Managed by GreenWood Resources, the Boardman Tree Farm utilizes 18 employees on site that are primarily irrigation specialists. “Many of our activities are done by contractors so there are about 60 full time contractor employees associated with the farm,” Rice said. “That total includes the farming site, site prep, planting, crop care and harvesting activities.”

Galen Smith, Quality Control Supervisor for the Upper Columbia Mill, said current production for the sawmill, which includes a board and timber line, is approximately 3.5 million board feet per month. “We’re averaging about 125,000 feet through the board trimmer and usually 60,000 feet of timbers each day,” he explained.

Pacific Albus ceiling grid and wall-of-wood—samples of each grade produced.
Operating currently with 70 employees with a capacity for 100 on two shifts, Jimerson said the operation includes two sorting systems,” one for the timber side, cutting 3x4’s, 4x6’s Rice said, “so we are an off-highway haul from the farm to the sawmill and the average haul distance is three and 3x7’s, and another for our boards, cutting 4/4 and 5/4.”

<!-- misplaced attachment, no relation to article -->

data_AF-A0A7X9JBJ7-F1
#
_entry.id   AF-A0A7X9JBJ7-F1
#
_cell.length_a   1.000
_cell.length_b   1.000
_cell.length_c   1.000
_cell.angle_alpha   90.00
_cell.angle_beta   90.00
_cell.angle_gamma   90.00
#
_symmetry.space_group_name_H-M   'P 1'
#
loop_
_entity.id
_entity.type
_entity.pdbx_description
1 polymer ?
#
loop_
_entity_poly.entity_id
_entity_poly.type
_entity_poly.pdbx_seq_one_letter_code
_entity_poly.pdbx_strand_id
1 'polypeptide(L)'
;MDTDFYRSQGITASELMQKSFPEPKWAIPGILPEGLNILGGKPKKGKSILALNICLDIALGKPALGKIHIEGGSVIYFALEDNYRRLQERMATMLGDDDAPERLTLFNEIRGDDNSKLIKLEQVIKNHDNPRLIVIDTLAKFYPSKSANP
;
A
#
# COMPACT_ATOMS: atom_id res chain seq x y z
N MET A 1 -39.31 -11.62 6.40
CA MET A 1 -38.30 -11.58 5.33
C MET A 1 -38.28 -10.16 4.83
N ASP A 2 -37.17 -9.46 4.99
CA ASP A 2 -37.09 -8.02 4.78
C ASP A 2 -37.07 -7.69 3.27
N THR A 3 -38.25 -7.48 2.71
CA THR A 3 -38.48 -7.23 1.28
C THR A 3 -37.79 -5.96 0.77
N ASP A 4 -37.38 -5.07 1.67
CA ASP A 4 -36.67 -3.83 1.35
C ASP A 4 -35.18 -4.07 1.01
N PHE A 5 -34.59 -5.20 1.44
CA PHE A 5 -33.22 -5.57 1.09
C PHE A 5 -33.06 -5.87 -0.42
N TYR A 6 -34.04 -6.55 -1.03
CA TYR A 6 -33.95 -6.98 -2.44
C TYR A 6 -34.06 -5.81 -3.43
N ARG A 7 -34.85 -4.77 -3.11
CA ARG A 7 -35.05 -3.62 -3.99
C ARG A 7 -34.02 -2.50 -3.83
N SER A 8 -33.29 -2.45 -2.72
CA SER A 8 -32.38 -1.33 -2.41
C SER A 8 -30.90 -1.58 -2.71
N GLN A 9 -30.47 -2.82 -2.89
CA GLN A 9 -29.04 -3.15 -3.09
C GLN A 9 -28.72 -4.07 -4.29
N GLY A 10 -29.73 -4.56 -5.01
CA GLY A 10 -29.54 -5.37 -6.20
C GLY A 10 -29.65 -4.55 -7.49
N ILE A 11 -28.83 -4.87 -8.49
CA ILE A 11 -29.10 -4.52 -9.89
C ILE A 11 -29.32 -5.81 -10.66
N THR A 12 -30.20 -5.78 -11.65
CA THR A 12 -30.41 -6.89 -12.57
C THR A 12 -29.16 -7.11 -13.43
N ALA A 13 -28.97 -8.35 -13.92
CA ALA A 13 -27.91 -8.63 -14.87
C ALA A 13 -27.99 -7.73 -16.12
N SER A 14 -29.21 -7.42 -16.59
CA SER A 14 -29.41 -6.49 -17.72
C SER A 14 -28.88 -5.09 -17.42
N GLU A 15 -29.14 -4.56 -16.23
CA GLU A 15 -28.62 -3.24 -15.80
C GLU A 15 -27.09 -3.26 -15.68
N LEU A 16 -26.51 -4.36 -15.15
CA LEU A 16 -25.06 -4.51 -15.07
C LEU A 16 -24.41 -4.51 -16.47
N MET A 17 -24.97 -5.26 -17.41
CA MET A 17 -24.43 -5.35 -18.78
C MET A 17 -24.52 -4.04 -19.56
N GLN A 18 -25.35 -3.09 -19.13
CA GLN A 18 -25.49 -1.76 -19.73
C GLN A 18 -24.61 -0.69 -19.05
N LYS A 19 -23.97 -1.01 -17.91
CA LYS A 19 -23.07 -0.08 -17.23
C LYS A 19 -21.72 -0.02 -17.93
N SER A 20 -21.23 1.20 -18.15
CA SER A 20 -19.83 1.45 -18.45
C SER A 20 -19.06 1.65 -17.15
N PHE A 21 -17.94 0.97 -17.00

Jimerson also said the green chain consists of sixteen slanted sort bins, allowing them to sort by thickness and length. From the sort bins, the lumber heads down the green chain to the MoCo stickering stacker, which makes 8’ wide by almost 6’ high units.